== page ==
Two loans better than one – FTT allows taxpayer's appeal in 'benefit in kind' case
In the recent decision of the First-tier Tribunal (Tax Chamber) (FTT) in Elizabeth Amri v HMRC, the FTT rejected HMRC’s interpretation of the employment-related loan legislation contained in Chapter 7, Part 3, ITEPA 2003 and allowed the taxpayer’s appeal.
The appellant taxpayer, Ms Elizabeth Amri, was an employee of HBOS plc (HBOS). She decided to transfer her mortgage from Birmingham Midshires and applied for a mortgage of £140,000 from her employer on normal commercial terms and, in the course of the loan application, learnt that she was entitled to a staff loan, on beneficial terms, of £35,000. She decided to take advantage of this facility.
Ms Amri received a letter from HBOS dated 10 January 2008, which informed her that her new mortgage account was now open. The letter also confirmed that the mortgage was an "interest only" mortgage, and went on to refer to two products as applying to the mortgage account. The first of these, "STF004", was a loan of £35,000 at an interest rate of 5.5% (then the Bank of England base rate). The second product, "CMC156", was a loan of £105,000 at an interest rate of 6.24% (0.74% above base).
Ms Amri first became aware of the tax consequences of receiving a staff loan on beneficial terms (as a benefit in kind) when she received a letter dated 29 September 2011 from HMRC, by which she was informed that it intended to open an enquiry into her tax return and requested a copy of her P11D (expenses and benefits) form for the year ending 5 April 2010.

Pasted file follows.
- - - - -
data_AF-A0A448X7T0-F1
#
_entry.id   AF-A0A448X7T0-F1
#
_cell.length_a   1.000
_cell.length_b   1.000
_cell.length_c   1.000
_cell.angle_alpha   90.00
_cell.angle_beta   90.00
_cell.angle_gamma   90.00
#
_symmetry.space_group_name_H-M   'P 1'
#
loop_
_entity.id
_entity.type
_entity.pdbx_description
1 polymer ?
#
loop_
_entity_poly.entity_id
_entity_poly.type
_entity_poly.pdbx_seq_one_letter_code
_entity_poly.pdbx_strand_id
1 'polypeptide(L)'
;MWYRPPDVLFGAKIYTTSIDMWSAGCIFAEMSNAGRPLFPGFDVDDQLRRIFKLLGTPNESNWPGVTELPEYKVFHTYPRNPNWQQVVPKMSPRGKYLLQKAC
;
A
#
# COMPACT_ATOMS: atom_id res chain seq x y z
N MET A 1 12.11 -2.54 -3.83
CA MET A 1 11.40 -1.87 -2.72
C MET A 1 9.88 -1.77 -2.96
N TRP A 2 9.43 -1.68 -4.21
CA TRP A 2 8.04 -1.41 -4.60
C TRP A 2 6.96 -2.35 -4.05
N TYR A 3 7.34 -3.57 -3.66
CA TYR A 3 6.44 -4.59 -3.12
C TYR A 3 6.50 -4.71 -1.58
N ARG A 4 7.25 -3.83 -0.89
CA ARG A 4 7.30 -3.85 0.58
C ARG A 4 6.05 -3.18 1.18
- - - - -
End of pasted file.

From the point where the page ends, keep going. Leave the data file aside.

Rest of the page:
Ms Amri asked HBOS for her P11D form and on being supplied with a copy queried the assessment of benefit in the sum of £5,438. HBOS explained to Ms Amri that HMRC would treat the entire sum of £140,000 as a staff loan. Ms Amri requested that HBOS amend her P11D to reflect the fact that the staff loan benefit related only to £35,000, but they refused to do so (HBOS apparently following a process agreed with HMRC).
HMRC relied upon section 175 ITEPA 2003, and argued that the entire amount of £140,000 should be regarded as a single "taxable cheap loan".
Although section 176 ITEPA 2003, provides that where a loan is made on ordinary commercial terms it is not considered to be a "taxable cheap loan" and is exempt from the employment-related loan provisions, HMRC treated the £140,000 as a single loan, and argued that this section did not therefore apply to the facts of Ms Amri's case.
Ms Amri’s position was that the bulk of the loan (£105,000) was made in the ordinary course of business and on terms available to the general public and accordingly it fell within the exception contained in section 176 and should not therefore be considered to be a "taxable cheap loan", for the purposes of section 175.
It was agreed by the parties that if Ms Amri had taken out a £35,000 mortgage at the "staff rate" with HBOS but had borrowed the additional £105,000 from another lender, on exactly the same conditions as provided by HBOS, there would have been no assessment by HMRC of the £105,000.
The FTT concluded that the loan of £105,000 was not an employment-related loan because it was separate and distinct from the loan of £35,000, and was available to the general public.
In the FTT's view, there were two loans. One for £35,000, correctly chargeable as earnings under section 175 ITEPA as a "taxable cheap loan". There was a separate loan for £105,000, which was an ordinary commercial loan which satisfied the exemption contained in section 176 ITEPA. Accordingly, Ms Amri's appeal was allowed.
The FTT’s decision in this case is a sensible one. What may have been persuasive was the fact that Ms Amri’s initial approach to her employer was for a loan of £140,000 on commercial terms. It was only during the application process that she became aware that she was entitled to a staff loan of £35,000 on beneficial terms. Given that there were two loan references and two different sets of terms, it is surprising that HMRC chose to tax Ms Amri on the full averaged benefit of a loan of £140,000 and it is to Ms Amri's credit that she pursued her appeal to the FTT, where she was vindicated.
This blog was written by Nigel Brook.